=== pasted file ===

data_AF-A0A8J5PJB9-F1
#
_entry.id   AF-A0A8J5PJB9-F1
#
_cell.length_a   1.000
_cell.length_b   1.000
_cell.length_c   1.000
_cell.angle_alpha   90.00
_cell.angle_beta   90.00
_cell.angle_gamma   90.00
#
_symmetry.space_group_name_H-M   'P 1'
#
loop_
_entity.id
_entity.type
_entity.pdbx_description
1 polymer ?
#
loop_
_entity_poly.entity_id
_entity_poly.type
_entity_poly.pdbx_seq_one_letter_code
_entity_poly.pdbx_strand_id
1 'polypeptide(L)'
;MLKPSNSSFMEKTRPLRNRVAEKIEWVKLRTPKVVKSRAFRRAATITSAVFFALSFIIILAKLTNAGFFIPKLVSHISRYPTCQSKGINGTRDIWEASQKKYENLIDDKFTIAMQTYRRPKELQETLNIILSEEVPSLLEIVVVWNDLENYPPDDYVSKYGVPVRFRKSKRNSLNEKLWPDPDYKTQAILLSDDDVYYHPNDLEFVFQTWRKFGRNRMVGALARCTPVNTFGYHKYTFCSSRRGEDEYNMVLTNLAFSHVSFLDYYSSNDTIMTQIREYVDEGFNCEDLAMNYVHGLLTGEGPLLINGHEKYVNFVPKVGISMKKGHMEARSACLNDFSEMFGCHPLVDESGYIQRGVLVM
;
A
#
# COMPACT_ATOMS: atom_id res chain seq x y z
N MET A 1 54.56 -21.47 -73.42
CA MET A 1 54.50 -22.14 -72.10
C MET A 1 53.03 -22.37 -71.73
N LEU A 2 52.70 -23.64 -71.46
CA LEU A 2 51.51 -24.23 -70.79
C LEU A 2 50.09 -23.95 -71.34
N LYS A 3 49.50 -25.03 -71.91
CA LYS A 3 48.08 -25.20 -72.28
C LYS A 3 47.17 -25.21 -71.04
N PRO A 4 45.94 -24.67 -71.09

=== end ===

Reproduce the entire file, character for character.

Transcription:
data_AF-A0A8J5PJB9-F1
#
_entry.id   AF-A0A8J5PJB9-F1
#
_cell.length_a   1.000
_cell.length_b   1.000
_cell.length_c   1.000
_cell.angle_alpha   90.00
_cell.angle_beta   90.00
_cell.angle_gamma   90.00
#
_symmetry.space_group_name_H-M   'P 1'
#
loop_
_entity.id
_entity.type
_entity.pdbx_description
1 polymer ?
#
loop_
_entity_poly.entity_id
_entity_poly.type
_entity_poly.pdbx_seq_one_letter_code
_entity_poly.pdbx_strand_id
1 'polypeptide(L)'
;MLKPSNSSFMEKTRPLRNRVAEKIEWVKLRTPKVVKSRAFRRAATITSAVFFALSFIIILAKLTNAGFFIPKLVSHISRYPTCQSKGINGTRDIWEASQKKYENLIDDKFTIAMQTYRRPKELQETLNIILSEEVPSLLEIVVVWNDLENYPPDDYVSKYGVPVRFRKSKRNSLNEKLWPDPDYKTQAILLSDDDVYYHPNDLEFVFQTWRKFGRNRMVGALARCTPVNTFGYHKYTFCSSRRGEDEYNMVLTNLAFSHVSFLDYYSSNDTIMTQIREYVDEGFNCEDLAMNYVHGLLTGEGPLLINGHEKYVNFVPKVGISMKKGHMEARSACLNDFSEMFGCHPLVDESGYIQRGVLVM
;
A
#
# COMPACT_ATOMS: atom_id res chain seq x y z
N MET A 1 54.56 -21.47 -73.42
CA MET A 1 54.50 -22.14 -72.10
C MET A 1 53.03 -22.37 -71.73
N LEU A 2 52.70 -23.64 -71.46
CA LEU A 2 51.51 -24.23 -70.79
C LEU A 2 50.09 -23.95 -71.34
N LYS A 3 49.50 -25.03 -71.91
CA LYS A 3 48.08 -25.20 -72.28
C LYS A 3 47.17 -25.21 -71.04
N PRO A 4 45.94 -24.67 -71.09